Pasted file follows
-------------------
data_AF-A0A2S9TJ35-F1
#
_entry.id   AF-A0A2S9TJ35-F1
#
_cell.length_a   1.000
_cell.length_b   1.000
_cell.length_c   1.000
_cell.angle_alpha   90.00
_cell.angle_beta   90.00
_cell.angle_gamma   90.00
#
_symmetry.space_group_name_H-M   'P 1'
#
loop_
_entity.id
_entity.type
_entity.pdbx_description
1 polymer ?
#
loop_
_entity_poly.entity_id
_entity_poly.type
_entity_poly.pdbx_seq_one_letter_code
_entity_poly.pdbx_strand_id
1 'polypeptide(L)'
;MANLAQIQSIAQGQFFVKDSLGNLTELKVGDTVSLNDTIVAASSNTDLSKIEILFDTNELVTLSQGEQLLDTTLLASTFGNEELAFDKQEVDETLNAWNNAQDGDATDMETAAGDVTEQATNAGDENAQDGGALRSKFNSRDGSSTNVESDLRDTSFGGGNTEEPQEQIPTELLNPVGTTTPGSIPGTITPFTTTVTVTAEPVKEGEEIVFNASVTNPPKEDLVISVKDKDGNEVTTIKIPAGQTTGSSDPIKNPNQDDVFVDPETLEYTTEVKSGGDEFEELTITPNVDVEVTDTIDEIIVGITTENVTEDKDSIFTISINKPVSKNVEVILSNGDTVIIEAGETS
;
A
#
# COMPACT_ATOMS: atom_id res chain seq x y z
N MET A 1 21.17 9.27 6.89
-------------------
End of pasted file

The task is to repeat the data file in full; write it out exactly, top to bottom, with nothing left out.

data_AF-A0A2S9TJ35-F1
#
_entry.id   AF-A0A2S9TJ35-F1
#
_cell.length_a   1.000
_cell.length_b   1.000
_cell.length_c   1.000
_cell.angle_alpha   90.00
_cell.angle_beta   90.00
_cell.angle_gamma   90.00
#
_symmetry.space_group_name_H-M   'P 1'
#
loop_
_entity.id
_entity.type
_entity.pdbx_description
1 polymer ?
#
loop_
_entity_poly.entity_id
_entity_poly.type
_entity_poly.pdbx_seq_one_letter_code
_entity_poly.pdbx_strand_id
1 'polypeptide(L)'
;MANLAQIQSIAQGQFFVKDSLGNLTELKVGDTVSLNDTIVAASSNTDLSKIEILFDTNELVTLSQGEQLLDTTLLASTFGNEELAFDKQEVDETLNAWNNAQDGDATDMETAAGDVTEQATNAGDENAQDGGALRSKFNSRDGSSTNVESDLRDTSFGGGNTEEPQEQIPTELLNPVGTTTPGSIPGTITPFTTTVTVTAEPVKEGEEIVFNASVTNPPKEDLVISVKDKDGNEVTTIKIPAGQTTGSSDPIKNPNQDDVFVDPETLEYTTEVKSGGDEFEELTITPNVDVEVTDTIDEIIVGITTENVTEDKDSIFTISINKPVSKNVEVILSNGDTVIIEAGETS
;
A
#
# COMPACT_ATOMS: atom_id res chain seq x y z
N MET A 1 21.17 9.27 6.89